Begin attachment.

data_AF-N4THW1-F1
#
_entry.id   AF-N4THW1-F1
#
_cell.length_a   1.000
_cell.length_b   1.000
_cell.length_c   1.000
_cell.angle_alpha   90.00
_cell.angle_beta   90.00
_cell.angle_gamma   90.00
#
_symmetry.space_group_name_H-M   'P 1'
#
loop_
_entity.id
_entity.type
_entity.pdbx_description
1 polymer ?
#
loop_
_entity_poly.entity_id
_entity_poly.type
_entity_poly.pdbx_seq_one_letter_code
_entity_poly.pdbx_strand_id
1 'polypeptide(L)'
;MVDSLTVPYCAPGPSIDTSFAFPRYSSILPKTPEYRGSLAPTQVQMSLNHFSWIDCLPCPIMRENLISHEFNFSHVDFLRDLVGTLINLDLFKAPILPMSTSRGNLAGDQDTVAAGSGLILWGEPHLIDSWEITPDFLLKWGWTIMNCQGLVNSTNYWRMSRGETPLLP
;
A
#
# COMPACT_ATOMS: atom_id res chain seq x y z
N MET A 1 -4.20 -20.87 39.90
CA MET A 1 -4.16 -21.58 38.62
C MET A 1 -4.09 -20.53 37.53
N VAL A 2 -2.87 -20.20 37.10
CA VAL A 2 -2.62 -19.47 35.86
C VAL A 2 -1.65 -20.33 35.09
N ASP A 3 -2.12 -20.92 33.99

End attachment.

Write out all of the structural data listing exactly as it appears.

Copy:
data_AF-N4THW1-F1
#
_entry.id   AF-N4THW1-F1
#
_cell.length_a   1.000
_cell.length_b   1.000
_cell.length_c   1.000
_cell.angle_alpha   90.00
_cell.angle_beta   90.00
_cell.angle_gamma   90.00
#
_symmetry.space_group_name_H-M   'P 1'
#
loop_
_entity.id
_entity.type
_entity.pdbx_description
1 polymer ?
#
loop_
_entity_poly.entity_id
_entity_poly.type
_entity_poly.pdbx_seq_one_letter_code
_entity_poly.pdbx_strand_id
1 'polypeptide(L)'
;MVDSLTVPYCAPGPSIDTSFAFPRYSSILPKTPEYRGSLAPTQVQMSLNHFSWIDCLPCPIMRENLISHEFNFSHVDFLRDLVGTLINLDLFKAPILPMSTSRGNLAGDQDTVAAGSGLILWGEPHLIDSWEITPDFLLKWGWTIMNCQGLVNSTNYWRMSRGETPLLP
;
A
#
# COMPACT_ATOMS: atom_id res chain seq x y z
N MET A 1 -4.20 -20.87 39.90
CA MET A 1 -4.16 -21.58 38.62
C MET A 1 -4.09 -20.53 37.53
N VAL A 2 -2.87 -20.20 37.10
CA VAL A 2 -2.62 -19.47 35.86
C VAL A 2 -1.65 -20.33 35.09
N ASP A 3 -2.12 -20.92 33.99